From an old list of taxables made during the Revolution, we have copied the following: Robert Jamison, Matthew Jamison, Edward Mitchell, George Shields, William McKnight, Henry Westbay, John Hall, Benjamin Brown, Joseph McClain, John Biggart, John Maxwell, Lewis Pearce, David Findley, John Stewart John Logan, Matthew Mitchell, Edward Tones, Joseph Pearce, Jr., Joseph Pearce, Henry McGlaughlin, John Drench, John Pearce, William Drenan, James Findly, James Finney, Robert Smiths, William Smith, Robert McConnell, Adam McConnell John McConnell, Adam McConnell, Sr., William Moored, Philip Howell, Andrew Howell, William Finny, Thomas Morton, William Morton, Isaac Greer, Robert Walker.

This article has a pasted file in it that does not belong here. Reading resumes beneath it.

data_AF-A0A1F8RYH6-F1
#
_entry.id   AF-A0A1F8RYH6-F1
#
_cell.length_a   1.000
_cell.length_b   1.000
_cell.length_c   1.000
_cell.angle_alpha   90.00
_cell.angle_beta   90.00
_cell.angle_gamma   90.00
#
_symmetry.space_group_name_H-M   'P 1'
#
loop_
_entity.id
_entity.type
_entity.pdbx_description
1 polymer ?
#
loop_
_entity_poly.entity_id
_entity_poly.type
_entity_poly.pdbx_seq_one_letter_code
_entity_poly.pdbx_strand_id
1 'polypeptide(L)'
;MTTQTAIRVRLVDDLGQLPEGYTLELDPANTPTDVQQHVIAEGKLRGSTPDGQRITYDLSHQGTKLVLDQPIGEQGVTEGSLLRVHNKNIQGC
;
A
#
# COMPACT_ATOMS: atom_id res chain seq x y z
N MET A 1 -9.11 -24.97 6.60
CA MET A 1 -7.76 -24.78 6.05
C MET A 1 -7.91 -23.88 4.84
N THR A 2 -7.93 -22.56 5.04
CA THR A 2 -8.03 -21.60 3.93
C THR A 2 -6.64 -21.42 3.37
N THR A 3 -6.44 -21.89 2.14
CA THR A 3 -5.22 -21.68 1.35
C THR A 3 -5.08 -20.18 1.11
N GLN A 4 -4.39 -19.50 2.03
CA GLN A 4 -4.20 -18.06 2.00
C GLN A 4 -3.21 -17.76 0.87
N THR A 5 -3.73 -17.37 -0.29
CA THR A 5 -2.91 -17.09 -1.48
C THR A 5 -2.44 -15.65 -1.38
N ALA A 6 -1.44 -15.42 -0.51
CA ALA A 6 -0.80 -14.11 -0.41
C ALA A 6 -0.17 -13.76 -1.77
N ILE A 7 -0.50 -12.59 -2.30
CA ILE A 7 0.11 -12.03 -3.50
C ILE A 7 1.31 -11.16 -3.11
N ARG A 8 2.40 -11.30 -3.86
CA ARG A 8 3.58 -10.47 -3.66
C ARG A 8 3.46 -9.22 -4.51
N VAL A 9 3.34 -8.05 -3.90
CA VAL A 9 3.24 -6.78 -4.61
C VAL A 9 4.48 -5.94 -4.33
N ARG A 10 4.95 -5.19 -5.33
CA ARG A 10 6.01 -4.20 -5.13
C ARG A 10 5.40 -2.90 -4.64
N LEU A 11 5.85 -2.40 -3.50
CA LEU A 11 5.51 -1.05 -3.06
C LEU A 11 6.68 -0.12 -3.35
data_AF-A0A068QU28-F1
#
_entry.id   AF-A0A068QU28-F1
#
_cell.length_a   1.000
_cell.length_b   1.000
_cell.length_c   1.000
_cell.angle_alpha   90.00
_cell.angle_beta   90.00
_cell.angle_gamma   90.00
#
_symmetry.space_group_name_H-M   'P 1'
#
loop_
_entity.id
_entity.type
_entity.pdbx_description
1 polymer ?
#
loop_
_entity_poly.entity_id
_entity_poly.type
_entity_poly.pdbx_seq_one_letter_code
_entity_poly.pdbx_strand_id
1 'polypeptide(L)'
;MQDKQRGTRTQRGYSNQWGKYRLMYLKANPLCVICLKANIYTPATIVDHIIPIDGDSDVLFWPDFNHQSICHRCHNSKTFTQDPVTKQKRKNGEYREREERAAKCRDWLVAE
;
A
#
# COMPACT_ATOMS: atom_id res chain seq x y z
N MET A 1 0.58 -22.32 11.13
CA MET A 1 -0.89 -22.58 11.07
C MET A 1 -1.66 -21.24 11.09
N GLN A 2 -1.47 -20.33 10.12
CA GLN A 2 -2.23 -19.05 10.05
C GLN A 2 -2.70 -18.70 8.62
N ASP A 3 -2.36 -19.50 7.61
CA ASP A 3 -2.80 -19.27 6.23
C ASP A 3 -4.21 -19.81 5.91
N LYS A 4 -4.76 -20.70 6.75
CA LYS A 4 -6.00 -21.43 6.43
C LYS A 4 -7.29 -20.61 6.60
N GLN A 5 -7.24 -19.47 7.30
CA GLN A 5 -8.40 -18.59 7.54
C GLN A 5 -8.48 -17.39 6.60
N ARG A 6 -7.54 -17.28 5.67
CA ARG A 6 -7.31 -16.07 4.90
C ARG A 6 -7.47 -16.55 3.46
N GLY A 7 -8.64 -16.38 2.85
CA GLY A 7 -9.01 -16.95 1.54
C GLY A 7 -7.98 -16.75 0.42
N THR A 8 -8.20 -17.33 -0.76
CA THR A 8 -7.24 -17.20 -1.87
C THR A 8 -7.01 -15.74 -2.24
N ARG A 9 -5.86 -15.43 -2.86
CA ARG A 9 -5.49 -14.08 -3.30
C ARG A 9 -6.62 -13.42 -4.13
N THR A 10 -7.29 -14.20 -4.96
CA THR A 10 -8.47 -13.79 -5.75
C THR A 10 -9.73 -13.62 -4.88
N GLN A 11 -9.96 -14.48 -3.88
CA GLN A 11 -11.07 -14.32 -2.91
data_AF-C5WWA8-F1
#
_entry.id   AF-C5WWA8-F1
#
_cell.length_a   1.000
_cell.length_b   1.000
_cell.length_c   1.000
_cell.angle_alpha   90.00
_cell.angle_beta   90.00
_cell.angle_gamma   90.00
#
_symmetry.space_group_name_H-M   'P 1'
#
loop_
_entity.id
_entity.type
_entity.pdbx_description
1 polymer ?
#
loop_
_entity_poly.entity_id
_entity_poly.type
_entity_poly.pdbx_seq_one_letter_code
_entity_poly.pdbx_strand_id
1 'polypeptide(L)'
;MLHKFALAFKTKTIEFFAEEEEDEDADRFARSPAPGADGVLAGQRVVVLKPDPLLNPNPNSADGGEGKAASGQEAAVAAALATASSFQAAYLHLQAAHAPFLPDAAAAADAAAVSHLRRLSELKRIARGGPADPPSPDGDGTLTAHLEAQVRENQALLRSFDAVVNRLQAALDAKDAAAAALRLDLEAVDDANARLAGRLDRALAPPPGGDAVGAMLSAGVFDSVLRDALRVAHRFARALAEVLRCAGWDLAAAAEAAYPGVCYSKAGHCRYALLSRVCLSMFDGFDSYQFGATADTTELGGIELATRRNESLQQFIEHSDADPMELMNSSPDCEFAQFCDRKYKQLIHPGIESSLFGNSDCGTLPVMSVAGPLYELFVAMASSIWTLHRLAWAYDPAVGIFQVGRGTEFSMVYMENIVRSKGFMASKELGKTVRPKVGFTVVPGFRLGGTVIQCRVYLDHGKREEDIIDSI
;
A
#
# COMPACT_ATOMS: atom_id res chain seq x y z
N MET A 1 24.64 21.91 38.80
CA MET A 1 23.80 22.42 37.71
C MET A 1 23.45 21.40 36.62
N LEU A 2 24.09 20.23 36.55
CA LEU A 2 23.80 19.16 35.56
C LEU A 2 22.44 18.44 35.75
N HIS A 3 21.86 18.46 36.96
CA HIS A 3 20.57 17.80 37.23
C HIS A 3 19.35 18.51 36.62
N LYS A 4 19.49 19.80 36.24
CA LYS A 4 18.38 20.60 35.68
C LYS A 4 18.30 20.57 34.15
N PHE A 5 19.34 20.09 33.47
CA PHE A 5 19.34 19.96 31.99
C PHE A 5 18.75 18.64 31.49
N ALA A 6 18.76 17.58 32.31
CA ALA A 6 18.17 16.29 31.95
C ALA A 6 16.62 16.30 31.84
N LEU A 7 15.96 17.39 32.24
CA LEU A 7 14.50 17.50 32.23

A school was established near the center of this township some time between 1790 and 1805. It was a subscription school, and supplied the community for four or five miles in every direction. The teachers were generally incompetent. The house used as a schoolhouse had a thatch or straw roof and greased paper windows. In 1805 they built a second schoolhouse, the first one used having been built for another purpose. The second one had a clapboard roof and glass windows. The first teacher in it was G. H. Lower, who came from News York, and was well educated, being able to teach Latin and Greek. While he remained in the township he created considerable interest in education, so that in 1812 two more school houses were built, one in the northern and the other in the southern part of the township. The latter was deeded by a pioneer named Samuel Urns, who in his deed says, "It shall be used for school purposes as long as water runs or grass grows." Among the leading teachers were Lower, Roberts and Darr. These three schools were carried on in the old style which has been described in the chapter on school history, until the common school system was adopted in 1836. Among the first directors were John Power, E. Moore and P. H. Rhyal. Before the adoption of the common law the number of school houses had increased to six, and the first year after the adoption of the common school law two new ones were built. They had at least one teacher in the township who was capable of teaching the higher mathematics and languages. Among the early teachers of Rostraver township of a later period was Edgar Cowan, afterwards a United States senator from Pennsylvania.